The Algarve

As a former kingdom in its own right, the Algarve has a rich past and promising future.
As a former kingdom in its own right, the Algarve region of Portugal has a rich past and promising future. The Algarve has about 350,000 permanent inhabitants, rising to over one million when including the summer tourists. The attraction is easy to understand when you consider the diverse landscapes, quaint villages and glorious sunshine. Using your Railpass, the beauty of the whole region really is there for the taking.

The Algarve region, with the Atlantic lapping over its sides, is home to over one hundred beaches covered in gleaming white sand. Its climate is also one of the most pleasant that we have come across benefiting from wonderful sunshine for most of the summer months, yet accompanied by a constant breeze from the Atlantic, so preventing the intense heat felt in other southern destinations. We would suggest the Algarve as a relaxing break whilst on your hectic European tour.

Rail Travel

The Algarve region is surprisingly accessible by rail, with good links all across Portugal providing ample opportunity to explore. The 'Sud-Express' is a good starting point taking you from Paris direct to Lisbon. After having explored the capital, there are then both rail and sea/river links to other destinations including the Algarve. Caminhos de Ferro Portugueses (Portuguese Railways) provide the country's rail services.

Note that there are specific bargains to be had for those traveling without a Railpass. 'Blue Days' (normally Monday afternoon through to Thursday) have special rates applying to journeys made on these days. Discounts of up to 30% are also available on for groups of 10 or more who are traveling over specified distances so remember to bear these in mind when planning and booking.

Cities in the Algarve

Faro is the capital of the Algarve and is a city that was practically raised to the ground (as was much of the region) by an earthquake in 1755. Luckily for today's travelers, part of the old town survived and now provides beautifully preserved buildings to be enjoyed. The cathedral which dominates the city was rebuilt following the damage caused and is now back to its former state of glory.

Another of the Algarve's major cities, Lagos, was a former center of the slave trade. Nowadays, however, it is known more for its main attraction that is the fort (now a museum). Originally built in the seventeenth century it is worth taking a walk there to enjoy fabulous views of the town's natural harbour.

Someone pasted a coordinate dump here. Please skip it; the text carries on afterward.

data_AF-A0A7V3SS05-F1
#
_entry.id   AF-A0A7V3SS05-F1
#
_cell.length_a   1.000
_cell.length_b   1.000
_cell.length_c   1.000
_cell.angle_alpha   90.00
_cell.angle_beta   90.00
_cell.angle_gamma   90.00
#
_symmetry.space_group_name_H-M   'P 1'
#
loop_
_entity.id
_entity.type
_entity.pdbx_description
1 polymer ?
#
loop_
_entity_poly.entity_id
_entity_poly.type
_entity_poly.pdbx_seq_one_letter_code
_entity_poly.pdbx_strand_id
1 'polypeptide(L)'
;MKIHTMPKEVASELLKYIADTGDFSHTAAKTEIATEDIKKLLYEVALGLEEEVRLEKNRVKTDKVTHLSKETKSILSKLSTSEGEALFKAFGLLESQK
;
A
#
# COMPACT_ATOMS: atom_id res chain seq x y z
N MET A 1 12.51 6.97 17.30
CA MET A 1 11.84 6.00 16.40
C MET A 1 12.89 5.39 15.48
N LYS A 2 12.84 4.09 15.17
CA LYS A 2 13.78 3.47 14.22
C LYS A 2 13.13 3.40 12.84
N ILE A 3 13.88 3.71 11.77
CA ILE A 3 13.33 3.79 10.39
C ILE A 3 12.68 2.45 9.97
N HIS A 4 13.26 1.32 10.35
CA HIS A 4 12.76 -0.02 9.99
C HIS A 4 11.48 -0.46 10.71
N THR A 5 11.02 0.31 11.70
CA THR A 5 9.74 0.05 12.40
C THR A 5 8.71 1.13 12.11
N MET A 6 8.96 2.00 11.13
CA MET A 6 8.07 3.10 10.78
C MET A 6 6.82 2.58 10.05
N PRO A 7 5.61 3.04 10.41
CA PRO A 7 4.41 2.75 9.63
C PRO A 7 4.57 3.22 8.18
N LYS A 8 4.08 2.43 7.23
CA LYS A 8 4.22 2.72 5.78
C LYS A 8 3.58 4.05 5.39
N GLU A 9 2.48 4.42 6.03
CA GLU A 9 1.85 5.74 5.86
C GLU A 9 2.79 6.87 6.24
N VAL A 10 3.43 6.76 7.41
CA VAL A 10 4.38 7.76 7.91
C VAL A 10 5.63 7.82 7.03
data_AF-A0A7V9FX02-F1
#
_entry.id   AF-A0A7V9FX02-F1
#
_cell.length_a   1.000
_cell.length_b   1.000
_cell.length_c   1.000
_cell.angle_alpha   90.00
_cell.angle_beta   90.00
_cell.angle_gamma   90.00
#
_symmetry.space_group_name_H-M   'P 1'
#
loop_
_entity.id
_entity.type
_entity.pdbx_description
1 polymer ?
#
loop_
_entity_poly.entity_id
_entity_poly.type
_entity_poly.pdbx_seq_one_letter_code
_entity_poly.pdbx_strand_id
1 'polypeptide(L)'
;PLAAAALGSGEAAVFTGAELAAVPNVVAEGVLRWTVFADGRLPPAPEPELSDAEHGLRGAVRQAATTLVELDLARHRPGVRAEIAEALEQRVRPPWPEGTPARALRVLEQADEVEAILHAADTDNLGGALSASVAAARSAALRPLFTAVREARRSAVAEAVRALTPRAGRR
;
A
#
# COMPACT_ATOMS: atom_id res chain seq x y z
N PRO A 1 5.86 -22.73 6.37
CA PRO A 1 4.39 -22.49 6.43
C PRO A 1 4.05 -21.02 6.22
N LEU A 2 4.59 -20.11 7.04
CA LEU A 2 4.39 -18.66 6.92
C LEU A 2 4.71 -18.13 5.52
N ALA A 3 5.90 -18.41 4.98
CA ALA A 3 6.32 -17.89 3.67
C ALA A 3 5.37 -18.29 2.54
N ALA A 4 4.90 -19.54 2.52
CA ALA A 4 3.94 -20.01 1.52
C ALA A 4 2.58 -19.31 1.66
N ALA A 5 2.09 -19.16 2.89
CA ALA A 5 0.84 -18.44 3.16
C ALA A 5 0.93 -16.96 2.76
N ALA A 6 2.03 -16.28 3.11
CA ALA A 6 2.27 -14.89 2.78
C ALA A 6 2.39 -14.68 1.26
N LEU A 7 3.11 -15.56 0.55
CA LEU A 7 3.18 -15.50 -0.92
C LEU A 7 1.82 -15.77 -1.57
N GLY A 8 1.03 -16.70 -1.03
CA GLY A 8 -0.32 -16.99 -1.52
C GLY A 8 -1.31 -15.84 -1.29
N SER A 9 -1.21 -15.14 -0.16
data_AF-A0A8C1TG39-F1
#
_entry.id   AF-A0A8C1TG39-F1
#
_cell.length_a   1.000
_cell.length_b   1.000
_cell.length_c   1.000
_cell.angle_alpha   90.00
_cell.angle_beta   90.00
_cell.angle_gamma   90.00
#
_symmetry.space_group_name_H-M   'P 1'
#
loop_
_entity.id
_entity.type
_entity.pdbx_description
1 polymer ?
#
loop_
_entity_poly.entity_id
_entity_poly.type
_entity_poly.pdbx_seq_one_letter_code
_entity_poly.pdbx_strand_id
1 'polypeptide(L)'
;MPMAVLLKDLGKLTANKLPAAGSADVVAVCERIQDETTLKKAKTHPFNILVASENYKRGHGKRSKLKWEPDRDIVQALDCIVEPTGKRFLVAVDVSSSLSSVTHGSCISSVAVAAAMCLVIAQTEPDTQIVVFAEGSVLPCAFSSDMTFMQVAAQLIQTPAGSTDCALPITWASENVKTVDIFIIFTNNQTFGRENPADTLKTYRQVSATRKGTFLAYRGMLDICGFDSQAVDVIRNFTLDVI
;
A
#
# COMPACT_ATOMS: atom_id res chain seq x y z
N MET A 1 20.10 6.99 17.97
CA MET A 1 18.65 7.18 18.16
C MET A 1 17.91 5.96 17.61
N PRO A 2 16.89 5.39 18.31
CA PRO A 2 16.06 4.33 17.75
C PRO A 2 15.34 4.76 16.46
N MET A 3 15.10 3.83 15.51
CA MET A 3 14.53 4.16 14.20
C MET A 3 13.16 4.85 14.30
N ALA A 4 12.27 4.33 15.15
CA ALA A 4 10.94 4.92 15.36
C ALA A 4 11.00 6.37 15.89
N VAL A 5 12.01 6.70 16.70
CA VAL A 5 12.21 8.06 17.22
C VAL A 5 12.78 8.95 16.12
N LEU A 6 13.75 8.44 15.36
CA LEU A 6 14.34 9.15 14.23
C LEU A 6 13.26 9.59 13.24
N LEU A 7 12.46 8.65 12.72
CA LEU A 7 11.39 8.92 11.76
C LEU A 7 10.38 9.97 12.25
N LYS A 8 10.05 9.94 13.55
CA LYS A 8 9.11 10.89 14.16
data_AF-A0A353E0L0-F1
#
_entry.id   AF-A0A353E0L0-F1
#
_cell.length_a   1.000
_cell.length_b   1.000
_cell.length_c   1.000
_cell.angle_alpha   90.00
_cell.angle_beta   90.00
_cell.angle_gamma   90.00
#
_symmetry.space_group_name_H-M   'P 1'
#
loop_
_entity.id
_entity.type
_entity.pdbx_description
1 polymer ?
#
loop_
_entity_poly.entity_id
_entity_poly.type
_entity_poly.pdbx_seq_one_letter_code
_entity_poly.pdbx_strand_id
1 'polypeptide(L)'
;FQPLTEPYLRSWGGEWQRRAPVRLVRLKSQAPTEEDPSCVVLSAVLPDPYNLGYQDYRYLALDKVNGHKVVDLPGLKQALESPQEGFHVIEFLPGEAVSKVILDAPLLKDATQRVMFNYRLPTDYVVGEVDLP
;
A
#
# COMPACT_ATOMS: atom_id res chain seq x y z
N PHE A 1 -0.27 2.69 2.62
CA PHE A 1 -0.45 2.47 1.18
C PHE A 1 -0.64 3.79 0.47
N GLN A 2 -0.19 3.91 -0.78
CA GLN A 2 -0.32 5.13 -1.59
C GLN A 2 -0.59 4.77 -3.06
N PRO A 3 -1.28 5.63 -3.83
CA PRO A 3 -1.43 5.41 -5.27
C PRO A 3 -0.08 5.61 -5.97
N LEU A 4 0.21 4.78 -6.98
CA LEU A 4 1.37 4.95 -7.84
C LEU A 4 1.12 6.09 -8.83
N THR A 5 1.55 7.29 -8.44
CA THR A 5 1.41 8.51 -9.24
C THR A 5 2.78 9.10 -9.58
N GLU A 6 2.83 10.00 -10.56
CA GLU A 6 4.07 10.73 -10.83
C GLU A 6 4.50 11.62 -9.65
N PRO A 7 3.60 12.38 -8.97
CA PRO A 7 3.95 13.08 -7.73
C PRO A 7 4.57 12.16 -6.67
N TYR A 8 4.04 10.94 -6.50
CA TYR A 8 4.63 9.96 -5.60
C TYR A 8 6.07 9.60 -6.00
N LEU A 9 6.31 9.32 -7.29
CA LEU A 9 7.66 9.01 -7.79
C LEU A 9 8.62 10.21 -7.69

Where to stay

For accommodation in the Algarve, we have a real insiders tip for you! Montes da Vala is a wonderfully tranquil and rural area lying just 8 km from the coast in between Lagoa and Silves. It is also home to the family run Casa das Olivieras, providing bed and breakfast accommodation to all its guests. In wonderful contrast to the often rather touristy resorts in the region, Casa das Oliveiras combines real local hospitality with all the comforts you would expect from modern holiday accommodation.

The area immediately around the Casa das Oliveiras accommodation has a host of activities ready for you to enjoy. Whether you are drawn by the beaches and watersports of Praia da Rocha, the golf courses and tennis clubs lying just a short journey away or the walking and sightseeing opportunities especially around Silves, there really is something for everyone. The contrasts between the beautiful sandy beaches of Armação de Pera and the attractive forest covered hills leading to the mountains of Monchique are stunning.

Just 4km away is Lagos which in August of every year plays host to an important commercial and rural fair (Fatacil). This draws traders exhibiting products from all over Portugal. The occasion provides locals and tourists alike with an excuse for merriment, with national bands providing accompanying music and singers on hand to entertain the visitors late into the night.

Take a trip to the Algarve to enjoy the wonderful weather, fresh air and true tranquility.